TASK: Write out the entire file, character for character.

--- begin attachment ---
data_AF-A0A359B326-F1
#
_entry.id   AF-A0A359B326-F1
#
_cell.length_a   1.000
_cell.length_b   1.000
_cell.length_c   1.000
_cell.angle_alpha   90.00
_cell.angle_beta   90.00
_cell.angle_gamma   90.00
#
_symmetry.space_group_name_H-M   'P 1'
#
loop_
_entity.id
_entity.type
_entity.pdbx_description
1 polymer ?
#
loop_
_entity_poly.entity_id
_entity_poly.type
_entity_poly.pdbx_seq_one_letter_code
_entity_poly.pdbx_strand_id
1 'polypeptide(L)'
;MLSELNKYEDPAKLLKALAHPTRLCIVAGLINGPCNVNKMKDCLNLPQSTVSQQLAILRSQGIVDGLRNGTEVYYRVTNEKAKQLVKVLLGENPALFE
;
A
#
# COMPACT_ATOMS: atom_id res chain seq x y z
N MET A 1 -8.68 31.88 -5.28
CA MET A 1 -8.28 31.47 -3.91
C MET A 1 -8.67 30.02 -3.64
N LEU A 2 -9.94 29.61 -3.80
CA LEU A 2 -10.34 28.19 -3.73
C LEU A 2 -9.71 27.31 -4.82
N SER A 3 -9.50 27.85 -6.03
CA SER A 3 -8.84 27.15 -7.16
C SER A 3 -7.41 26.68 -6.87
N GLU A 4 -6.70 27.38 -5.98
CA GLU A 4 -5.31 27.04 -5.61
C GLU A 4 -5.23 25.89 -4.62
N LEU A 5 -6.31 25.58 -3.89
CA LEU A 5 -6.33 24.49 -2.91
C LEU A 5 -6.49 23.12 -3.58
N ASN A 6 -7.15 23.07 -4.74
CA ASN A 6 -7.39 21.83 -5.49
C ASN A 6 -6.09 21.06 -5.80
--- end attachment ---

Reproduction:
data_AF-A0A359B326-F1
#
_entry.id   AF-A0A359B326-F1
#
_cell.length_a   1.000
_cell.length_b   1.000
_cell.length_c   1.000
_cell.angle_alpha   90.00
_cell.angle_beta   90.00
_cell.angle_gamma   90.00
#
_symmetry.space_group_name_H-M   'P 1'
#
loop_
_entity.id
_entity.type
_entity.pdbx_description
1 polymer ?
#
loop_
_entity_poly.entity_id
_entity_poly.type
_entity_poly.pdbx_seq_one_letter_code
_entity_poly.pdbx_strand_id
1 'polypeptide(L)'
;MLSELNKYEDPAKLLKALAHPTRLCIVAGLINGPCNVNKMKDCLNLPQSTVSQQLAILRSQGIVDGLRNGTEVYYRVTNEKAKQLVKVLLGENPALFE
;
A
#
# COMPACT_ATOMS: atom_id res chain seq x y z
N MET A 1 -8.68 31.88 -5.28
CA MET A 1 -8.28 31.47 -3.91
C MET A 1 -8.67 30.02 -3.64
N LEU A 2 -9.94 29.61 -3.80
CA LEU A 2 -10.34 28.19 -3.73
C LEU A 2 -9.71 27.31 -4.82
N SER A 3 -9.50 27.85 -6.03
CA SER A 3 -8.84 27.15 -7.16
C SER A 3 -7.41 26.68 -6.87
N GLU A 4 -6.70 27.38 -5.98
CA GLU A 4 -5.31 27.04 -5.61
C GLU A 4 -5.23 25.89 -4.62
N LEU A 5 -6.31 25.58 -3.89
CA LEU A 5 -6.33 24.49 -2.91
C LEU A 5 -6.49 23.12 -3.58
N ASN A 6 -7.15 23.07 -4.74
CA ASN A 6 -7.39 21.83 -5.49
C ASN A 6 -6.09 21.06 -5.80